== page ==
One of the most intriguing dimensions of nanoscale research concerns the blurring between matter and energy. In recent years, scientists have enthusiastically engaged in the creation of metamaterials—constructs that enable the precise control of energy waves such as light.
In December, researchers at the Duke Pratt School of Engineering in Durham, N.C., announced its development of a new nanocomposite that acts as a super light absorber. The composite is composed of millions of silver nanocubes scattered on top of a layer of gold film with an insulating coating. Since the nanocubes cancel out light reflected from the gold surface, the material acts as a highly-efficient light absorber.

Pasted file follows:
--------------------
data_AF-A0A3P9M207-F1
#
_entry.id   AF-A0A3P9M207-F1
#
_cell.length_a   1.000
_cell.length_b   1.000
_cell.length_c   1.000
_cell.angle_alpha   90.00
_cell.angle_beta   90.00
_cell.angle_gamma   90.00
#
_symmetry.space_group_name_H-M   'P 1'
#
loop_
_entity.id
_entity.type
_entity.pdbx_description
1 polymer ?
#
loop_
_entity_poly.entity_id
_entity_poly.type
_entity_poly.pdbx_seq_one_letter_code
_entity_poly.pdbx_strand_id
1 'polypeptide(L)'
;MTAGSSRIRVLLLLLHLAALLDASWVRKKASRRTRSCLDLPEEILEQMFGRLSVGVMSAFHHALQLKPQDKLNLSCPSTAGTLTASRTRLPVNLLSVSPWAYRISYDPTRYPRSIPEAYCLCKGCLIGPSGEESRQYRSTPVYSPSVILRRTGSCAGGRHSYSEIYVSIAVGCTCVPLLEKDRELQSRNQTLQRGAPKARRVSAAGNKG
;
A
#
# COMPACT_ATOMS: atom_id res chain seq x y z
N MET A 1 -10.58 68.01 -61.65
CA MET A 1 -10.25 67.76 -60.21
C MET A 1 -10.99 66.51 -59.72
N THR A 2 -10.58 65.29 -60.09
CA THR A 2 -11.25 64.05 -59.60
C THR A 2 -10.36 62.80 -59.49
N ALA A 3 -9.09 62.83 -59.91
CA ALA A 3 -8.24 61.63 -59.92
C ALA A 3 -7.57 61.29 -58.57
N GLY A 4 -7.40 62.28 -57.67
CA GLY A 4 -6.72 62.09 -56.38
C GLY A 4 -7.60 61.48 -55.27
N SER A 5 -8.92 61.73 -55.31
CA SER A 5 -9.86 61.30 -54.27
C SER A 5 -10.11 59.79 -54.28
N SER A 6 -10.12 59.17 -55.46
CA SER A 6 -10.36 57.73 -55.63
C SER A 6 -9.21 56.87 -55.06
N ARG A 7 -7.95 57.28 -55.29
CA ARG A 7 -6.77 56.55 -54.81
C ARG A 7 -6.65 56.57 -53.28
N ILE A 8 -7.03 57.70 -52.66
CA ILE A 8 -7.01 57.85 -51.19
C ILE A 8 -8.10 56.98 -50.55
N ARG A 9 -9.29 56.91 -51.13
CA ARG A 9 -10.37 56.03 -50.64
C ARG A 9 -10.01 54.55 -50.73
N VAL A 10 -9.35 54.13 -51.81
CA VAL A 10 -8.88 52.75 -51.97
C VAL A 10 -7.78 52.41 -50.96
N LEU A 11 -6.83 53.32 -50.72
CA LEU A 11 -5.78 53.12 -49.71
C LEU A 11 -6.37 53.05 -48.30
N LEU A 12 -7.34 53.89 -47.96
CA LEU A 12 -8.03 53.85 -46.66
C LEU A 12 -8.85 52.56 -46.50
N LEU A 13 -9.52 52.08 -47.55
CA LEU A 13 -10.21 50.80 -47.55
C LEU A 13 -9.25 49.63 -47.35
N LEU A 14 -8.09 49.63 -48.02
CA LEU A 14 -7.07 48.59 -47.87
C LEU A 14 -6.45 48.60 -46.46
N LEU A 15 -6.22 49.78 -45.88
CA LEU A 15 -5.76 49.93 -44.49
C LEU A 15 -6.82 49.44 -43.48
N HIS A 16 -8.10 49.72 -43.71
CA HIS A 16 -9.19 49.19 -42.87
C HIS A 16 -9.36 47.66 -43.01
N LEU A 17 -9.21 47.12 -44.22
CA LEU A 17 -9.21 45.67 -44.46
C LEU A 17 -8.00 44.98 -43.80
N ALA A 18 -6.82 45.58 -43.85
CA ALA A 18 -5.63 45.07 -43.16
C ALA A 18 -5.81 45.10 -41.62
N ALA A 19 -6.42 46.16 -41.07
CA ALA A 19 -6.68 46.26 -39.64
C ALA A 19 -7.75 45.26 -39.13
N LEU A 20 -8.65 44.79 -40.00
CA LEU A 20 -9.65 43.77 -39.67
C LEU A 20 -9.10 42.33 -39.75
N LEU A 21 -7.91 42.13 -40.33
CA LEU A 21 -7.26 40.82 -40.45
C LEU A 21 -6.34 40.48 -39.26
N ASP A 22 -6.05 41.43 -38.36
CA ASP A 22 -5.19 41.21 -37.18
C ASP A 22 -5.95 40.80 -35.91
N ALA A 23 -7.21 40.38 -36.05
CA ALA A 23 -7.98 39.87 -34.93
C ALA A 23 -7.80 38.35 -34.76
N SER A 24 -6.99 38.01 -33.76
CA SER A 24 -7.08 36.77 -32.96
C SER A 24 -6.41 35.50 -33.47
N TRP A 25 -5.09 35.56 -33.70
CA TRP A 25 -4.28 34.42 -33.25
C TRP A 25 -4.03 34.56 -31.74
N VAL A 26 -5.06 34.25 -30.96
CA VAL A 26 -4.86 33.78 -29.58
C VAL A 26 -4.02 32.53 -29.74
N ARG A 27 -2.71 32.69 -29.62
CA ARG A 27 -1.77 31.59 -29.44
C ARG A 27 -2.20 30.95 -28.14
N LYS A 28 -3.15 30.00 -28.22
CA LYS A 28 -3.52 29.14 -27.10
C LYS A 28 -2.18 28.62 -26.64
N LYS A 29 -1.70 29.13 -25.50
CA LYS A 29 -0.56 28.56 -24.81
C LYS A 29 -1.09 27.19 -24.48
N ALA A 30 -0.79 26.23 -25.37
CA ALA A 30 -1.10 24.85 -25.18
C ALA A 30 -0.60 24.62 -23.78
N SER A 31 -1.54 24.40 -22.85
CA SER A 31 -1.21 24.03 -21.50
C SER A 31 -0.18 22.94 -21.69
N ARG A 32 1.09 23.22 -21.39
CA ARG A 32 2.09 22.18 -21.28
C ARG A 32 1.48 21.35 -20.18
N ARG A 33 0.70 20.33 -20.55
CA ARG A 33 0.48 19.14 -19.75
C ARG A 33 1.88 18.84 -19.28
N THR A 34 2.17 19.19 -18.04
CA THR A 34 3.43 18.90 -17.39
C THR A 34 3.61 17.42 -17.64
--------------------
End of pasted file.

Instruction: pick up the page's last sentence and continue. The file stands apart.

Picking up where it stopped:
“The nanocubes are literally scattered on the gold film and we can control the properties of the material by varying the geometry of the construct,” said scientist Cristian Ciracì in a Duke University press release. “By combining different components of the metamaterial elements together into a single composite, more complicated reflectance spectra could be engineered, achieving a level of control needed in more exotic applications, such as dynamic inks."
The researchers envision the greatest benefit of this technology being applied to energy-harvesting and sensor technologies, whose efficiency could be dramatically increased by this kind of nano composite.
Blaine Brownell is a regularly featured columnist whose stories appear on this website each week. His views and conclusions are not necessarily those of ARCHITECT magazine nor of the American Institute of Architects.